Climate change: A year in the life of the Greta movement

Carbon emissions are the highest they have been in 3 million years. 2016 was the warmest year on record. 11% of people across the world are currently experiencing the effects of climate change.

While these facts are sadly unsurprising, what is perhaps more so is a worldwide laissez-faire attitude in the face of potential destruction, with minimal coordinated efforts to bring about change. Until recently.


Over the past year, one person has shaken the world up and wrenched governments out of their complacency: Greta Thunberg.

In August 2018, aged 16, the Swedish activist initiated a school strike. Sitting outside the Swedish parliament, she called for stronger action on climate change – prompting other students to do the same thing every Friday.

Asked to speak at the UN’s Climate Change Conference last year, Thunberg became known on the world stage – and protests in other countries sprang up, not least a global strike in March 2019 to coincide with European Parliament elections. These protests were dominated by young people, desperate to see urgent change.

And so, in September last year, the world’s largest climate strike took place. With some 3,400 events in 120 countries, campaigners lobbied governments to commit to 100% clean energy and to stop using fossil fuels.

At the same time, Extinction Rebellion launched, achieving global notoriety for their media-grabbing stunts. They sprayed fake blood on the Treasury to protest against the government’s funding of projects that contribute to climate change, and occupied Westminster to persuade politicians to pledge to reduce greenhouse gas emissions to net zero by 2025.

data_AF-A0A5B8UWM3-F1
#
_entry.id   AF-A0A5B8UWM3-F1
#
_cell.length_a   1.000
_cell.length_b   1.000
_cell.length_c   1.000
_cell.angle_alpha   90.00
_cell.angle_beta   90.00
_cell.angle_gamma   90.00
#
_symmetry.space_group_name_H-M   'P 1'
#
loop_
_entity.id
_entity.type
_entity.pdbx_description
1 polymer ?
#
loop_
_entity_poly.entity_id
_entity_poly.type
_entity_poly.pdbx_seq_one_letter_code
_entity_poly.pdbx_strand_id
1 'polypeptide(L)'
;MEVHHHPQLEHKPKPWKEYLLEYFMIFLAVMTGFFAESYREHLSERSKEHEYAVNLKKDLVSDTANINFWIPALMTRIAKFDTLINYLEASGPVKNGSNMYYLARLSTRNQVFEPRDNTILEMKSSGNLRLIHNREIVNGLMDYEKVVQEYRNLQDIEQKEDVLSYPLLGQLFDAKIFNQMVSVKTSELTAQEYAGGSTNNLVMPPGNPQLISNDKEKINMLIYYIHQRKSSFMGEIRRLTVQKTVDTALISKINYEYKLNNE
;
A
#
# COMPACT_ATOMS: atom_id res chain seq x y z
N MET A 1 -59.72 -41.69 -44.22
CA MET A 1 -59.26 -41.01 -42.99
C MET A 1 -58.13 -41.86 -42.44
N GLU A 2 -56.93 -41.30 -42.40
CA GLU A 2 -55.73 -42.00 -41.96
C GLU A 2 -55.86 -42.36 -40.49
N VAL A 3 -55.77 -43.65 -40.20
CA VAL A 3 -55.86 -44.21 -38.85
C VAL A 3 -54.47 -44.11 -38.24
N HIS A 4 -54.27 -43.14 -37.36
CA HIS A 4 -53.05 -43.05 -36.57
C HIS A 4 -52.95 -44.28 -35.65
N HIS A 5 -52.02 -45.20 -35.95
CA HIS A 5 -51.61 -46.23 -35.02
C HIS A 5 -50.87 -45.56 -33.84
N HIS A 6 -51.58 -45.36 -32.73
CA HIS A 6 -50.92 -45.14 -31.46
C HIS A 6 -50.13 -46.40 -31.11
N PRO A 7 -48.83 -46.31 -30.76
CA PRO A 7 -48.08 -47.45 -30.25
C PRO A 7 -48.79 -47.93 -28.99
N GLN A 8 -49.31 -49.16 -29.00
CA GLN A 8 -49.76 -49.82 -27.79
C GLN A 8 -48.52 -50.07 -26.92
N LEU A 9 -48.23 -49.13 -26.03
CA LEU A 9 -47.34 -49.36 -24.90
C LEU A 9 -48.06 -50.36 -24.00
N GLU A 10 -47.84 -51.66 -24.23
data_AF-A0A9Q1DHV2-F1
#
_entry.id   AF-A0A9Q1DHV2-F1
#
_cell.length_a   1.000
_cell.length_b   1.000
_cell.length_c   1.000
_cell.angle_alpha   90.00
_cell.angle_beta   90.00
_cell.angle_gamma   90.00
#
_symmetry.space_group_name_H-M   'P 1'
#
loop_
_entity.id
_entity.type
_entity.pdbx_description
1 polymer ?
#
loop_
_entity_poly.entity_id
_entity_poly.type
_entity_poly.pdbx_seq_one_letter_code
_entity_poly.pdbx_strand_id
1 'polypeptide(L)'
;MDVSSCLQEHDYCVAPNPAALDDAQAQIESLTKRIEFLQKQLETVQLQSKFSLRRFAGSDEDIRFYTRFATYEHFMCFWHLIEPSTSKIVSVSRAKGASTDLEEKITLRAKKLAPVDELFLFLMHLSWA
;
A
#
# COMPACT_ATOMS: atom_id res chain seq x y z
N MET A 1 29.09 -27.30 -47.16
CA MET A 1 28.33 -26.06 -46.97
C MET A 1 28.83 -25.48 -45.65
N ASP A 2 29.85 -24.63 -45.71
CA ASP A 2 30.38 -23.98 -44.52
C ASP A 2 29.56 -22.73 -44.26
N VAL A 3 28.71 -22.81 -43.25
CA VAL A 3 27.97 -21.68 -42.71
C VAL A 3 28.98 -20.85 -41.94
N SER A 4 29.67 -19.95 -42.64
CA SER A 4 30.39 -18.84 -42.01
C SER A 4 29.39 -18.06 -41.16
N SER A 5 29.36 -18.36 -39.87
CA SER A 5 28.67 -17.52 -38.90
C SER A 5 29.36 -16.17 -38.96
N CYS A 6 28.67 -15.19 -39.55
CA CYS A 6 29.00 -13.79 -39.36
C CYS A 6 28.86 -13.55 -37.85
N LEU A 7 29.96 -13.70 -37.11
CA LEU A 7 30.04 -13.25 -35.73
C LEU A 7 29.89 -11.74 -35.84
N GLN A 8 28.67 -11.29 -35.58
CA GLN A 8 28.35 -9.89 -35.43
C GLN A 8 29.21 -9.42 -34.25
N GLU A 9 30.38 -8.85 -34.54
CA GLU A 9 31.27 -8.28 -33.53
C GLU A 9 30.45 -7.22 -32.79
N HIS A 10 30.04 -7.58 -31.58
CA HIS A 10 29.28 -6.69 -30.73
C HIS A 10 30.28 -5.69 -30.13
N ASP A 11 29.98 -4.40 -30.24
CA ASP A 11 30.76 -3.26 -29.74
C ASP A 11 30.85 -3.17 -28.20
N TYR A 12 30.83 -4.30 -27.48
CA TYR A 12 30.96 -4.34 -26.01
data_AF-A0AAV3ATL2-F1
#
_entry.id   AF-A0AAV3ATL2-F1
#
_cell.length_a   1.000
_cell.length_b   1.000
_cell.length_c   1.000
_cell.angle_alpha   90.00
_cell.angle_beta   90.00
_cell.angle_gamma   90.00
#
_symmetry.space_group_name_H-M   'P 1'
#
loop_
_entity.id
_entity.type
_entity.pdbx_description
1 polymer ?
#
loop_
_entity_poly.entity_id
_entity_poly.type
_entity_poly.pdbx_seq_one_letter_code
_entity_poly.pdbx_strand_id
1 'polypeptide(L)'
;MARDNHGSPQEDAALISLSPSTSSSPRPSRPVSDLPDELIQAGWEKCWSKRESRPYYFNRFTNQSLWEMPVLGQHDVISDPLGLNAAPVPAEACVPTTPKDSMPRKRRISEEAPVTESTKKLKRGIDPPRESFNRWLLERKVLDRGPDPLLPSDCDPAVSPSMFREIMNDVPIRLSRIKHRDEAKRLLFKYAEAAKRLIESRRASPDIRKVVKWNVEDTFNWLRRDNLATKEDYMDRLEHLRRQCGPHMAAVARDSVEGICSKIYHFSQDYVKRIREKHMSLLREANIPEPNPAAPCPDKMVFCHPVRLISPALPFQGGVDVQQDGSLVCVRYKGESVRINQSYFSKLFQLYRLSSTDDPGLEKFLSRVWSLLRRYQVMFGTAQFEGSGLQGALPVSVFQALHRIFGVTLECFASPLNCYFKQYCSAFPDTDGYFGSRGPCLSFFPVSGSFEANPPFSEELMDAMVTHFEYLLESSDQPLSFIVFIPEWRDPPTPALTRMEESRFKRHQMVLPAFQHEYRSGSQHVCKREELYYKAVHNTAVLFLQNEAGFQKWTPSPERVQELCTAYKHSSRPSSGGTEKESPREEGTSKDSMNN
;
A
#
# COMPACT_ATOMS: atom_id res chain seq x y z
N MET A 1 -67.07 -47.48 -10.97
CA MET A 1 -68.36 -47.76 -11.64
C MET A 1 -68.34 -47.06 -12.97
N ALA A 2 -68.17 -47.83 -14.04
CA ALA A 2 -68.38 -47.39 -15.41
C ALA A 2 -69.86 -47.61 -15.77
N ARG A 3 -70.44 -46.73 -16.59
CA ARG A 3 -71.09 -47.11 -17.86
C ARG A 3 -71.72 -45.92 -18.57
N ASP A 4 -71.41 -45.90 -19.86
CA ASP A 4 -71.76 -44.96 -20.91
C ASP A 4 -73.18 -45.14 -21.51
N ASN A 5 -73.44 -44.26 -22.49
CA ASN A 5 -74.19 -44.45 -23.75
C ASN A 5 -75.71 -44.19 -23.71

And since their efforts, people have woken up to the issue of climate change. The majority of Brits now support air travel limits to reduce emissions and climate change denial has decreased. And, making Thunberg more endearing, she has pissed off all the right people – trolling Donald Trump and Vladimir Putin on social media in the face of their criticism. Last month, even Nigel Farage conceded Thunberg may have a point.

But it has come at a cost. Thunberg has faced online abuse from members of the British public for standing up for what she believes. Meanwhile, even right-wing politicians have used their public podium to harangue a teenager – with former Brexit Party MEP Alexandra Phillips saying she wants to “ban reporting” on the Swedish activist and Brexit Party donor George Farmer called her a “nutjob” conspiracy theorist. Arron Banks made a joke so appalling even free speech pundit Julia Hartley-Brewer chastised him.

Indeed, the right have a major problem with the school strikes – frothing at the mouth about children missing one day of school and claiming that Extinction Rebellion are “extremists”.

Perhaps this comes from some scepticism about the issue. Brexit Party MEPs voted against a European Parliament motion to declare a global climate emergency, with Robert Rowland calling it “science fiction”. Boris Johnson’s climate change chief voted against measures to tackle climate change 15 times, while senior members of his cabinet also have… outdated views on the issue. Indeed, nearly half of Conservative Party members don’t believe in man-made climate change.

Whatever the view of the right – the tide is clearly turning. And as more people wake up to the risks of climate change, together we can make a difference.

Kate Plummer is a Reporter at Scram News.

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